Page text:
“Viewed in that way it is impossible to say that SCC’s judgment that GHG [greenhouse gas] emissions from the combustion of refined fuels were not an environmental effect of the proposed development was, as a matter of law, irrational. SCC’s judgment was not beyond the range of conclusions which rational decision-makers could lawfully reach.”
Judge Holgate also said he did not accept the argument by Ms Finch’s team that there were no other measures in place in the UK for assessing and reducing greenhouse gas emissions from the combustion of oil products in motor vehicles. He said these included the target to reach net zero emissions by 2050.
But he did state that the existence of another regulatory regime was not a reason not to assess the environmental impact of a development.
After the ruling, Ms Finch said:
“There seems to be a fundamental inconsistency in the judgment.
“The judge accepts the Council’s assessment of the positive (as the Council saw it) indirect benefits of the oil – such as contributing to UK energy security – but says that the negative impacts did not need to be assessed. How is that logical?”
Rowan Smith, solicitor at Leigh Day, which represented Ms Finch, said:
“At the time of a climate emergency, our client is very surprised that the Court has concluded that, under the Environmental Impact Assessment Regulations, the greenhouse gas emissions from the use of oil extracted are not effects of oil development, and so assessment of their climate impact is not required.
“This exposes a major flaw in the planning system in this country, and proves that it is not fit for purpose in a Net Zero world. Our client is of course bitterly disappointed with this judgment, especially after such a long-standing campaign against oil development in Surrey, and is accordingly taking legal advice on grounds of appeal.”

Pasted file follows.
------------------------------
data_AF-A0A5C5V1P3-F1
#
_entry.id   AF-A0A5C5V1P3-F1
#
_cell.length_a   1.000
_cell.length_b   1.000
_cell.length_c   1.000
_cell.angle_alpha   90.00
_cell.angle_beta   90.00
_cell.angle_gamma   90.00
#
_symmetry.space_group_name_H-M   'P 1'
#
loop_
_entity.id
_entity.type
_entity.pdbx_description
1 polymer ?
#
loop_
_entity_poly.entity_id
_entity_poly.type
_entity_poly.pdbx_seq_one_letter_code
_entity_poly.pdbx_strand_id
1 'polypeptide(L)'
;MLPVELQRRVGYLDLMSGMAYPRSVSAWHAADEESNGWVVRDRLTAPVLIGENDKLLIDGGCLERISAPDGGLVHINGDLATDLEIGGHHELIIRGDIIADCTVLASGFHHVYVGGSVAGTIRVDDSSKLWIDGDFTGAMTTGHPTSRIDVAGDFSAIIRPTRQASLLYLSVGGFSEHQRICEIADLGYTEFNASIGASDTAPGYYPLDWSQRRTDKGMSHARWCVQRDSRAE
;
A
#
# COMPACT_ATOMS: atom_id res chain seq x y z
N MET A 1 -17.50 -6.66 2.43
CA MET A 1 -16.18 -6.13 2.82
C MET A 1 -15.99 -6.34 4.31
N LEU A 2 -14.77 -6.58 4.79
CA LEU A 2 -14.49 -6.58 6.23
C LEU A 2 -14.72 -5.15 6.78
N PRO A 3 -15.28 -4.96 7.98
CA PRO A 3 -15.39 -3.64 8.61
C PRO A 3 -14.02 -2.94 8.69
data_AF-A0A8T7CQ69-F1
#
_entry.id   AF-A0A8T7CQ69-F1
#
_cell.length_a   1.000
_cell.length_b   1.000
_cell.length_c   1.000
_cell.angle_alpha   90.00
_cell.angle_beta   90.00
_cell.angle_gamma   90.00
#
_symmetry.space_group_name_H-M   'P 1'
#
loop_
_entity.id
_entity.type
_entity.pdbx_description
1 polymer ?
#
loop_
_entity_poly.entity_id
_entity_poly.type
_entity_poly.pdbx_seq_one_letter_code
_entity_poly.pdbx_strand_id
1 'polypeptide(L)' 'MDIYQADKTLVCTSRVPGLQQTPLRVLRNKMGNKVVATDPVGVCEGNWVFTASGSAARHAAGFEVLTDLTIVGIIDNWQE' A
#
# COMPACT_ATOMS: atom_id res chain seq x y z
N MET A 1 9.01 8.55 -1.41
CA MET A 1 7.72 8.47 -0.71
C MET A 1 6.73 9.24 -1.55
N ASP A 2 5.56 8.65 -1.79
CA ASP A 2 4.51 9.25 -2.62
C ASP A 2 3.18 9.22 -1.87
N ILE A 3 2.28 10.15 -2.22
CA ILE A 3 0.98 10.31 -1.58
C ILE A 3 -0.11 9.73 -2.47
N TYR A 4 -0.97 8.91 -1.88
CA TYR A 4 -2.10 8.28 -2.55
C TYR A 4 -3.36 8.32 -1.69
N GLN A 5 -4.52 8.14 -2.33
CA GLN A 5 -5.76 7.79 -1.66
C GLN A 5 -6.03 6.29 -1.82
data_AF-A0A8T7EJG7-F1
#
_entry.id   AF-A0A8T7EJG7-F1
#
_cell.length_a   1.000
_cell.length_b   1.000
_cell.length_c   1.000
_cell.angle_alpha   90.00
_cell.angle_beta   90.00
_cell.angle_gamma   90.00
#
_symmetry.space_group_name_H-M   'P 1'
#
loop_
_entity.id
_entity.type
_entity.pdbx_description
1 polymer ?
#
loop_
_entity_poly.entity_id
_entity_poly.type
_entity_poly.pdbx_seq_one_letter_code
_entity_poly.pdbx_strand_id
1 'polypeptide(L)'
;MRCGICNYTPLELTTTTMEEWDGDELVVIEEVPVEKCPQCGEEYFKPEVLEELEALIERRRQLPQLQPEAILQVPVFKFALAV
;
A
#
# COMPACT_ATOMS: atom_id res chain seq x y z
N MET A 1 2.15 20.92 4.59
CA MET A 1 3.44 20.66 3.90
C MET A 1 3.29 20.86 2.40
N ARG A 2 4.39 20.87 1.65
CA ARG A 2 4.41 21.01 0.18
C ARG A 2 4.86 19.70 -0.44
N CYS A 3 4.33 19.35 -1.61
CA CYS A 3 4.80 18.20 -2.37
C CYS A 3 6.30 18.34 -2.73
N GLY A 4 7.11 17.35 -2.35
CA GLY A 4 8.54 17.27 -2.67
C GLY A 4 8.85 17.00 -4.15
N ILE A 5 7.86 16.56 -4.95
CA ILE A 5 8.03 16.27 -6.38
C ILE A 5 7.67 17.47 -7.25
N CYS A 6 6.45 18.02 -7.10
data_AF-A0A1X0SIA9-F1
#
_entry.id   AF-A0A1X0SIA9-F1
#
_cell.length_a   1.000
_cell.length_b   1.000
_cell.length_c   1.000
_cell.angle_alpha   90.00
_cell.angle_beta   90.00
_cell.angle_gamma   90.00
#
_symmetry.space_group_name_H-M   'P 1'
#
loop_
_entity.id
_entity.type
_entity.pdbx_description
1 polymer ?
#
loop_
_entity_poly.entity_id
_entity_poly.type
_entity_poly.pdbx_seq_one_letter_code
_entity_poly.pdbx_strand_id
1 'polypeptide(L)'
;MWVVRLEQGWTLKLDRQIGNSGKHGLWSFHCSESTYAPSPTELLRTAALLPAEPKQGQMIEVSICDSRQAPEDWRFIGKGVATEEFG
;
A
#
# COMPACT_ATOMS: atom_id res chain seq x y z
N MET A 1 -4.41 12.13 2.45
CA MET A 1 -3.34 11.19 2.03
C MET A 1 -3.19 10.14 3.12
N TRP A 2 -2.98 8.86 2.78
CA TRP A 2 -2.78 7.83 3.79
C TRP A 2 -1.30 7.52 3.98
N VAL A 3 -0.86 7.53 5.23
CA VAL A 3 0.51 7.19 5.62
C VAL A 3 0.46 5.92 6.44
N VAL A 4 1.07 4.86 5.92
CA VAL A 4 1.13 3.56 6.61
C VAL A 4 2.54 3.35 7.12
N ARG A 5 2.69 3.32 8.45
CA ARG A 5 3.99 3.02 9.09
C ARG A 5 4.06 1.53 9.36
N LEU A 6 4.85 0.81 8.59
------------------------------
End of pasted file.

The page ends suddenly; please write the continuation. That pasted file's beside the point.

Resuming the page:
Friends of the Earth supported Ms Finch’s case. The organisation’s in-house lawyer, Katie de Kauwe, said:
“It beggars belief that with both Parliament and Surrey County Council having declared a climate emergency, and as we approach the year the UK will host vital UN climate negotiations, we see an oil company allowed to drill for millions of tonnes of climate-wrecking oil in the English countryside. This must stop.
“The court’s decision is disappointing, but we are proud to have been able to support Sarah Finch and many others in opposing oil drilling in Surrey in this case.”
The costs of Ms Finch’s legal challenge were raised by a crowdfunder appeal.
This report will be updated with any response from Surrey County Council.
At 7am on 22 December, UK Oil & Gas issued a statement to investors. The company’s chief executive, Stephen Sanderson, said:
Stephen Sanderson, Chief Executive of UKOG, said:
“This is a victory for law and common sense. One can, however, only wonder why a comprehensively unsound claim with a clear political agenda was permitted so many bites at this legal cherry. Justice Holgate made it abundantly clear in his judgement that the courts are not responsible for making political, social, or economic choices.
“To our opponents, many of whom fail to see the irony of burning oil to drive to our site to protest, I bring to their attention last week’s Energy White Paper, in which indigenous oil and gas is a part of the UK’s energy transition to net zero.
“Furthermore, oil use as a non-combusted industrial feedstock will remain necessary to manufacture key 21st century materials during and post transition, as without such materials there will be no electric vehicles, green aviation or wind turbine blades. It must surely be preferable that such transitional fuel and vital feedstocks should come from domestic sources rather than those beyond our control and regulation.
“Production will thus continue at Horse Hill to ensure that each highly regulated barrel we produce is one less higher carbon footprint and less regulated barrel imported. Our indigenous barrel’s economic benefit will also remain in the UK rather than add to the UK’s balance of payments deficit.”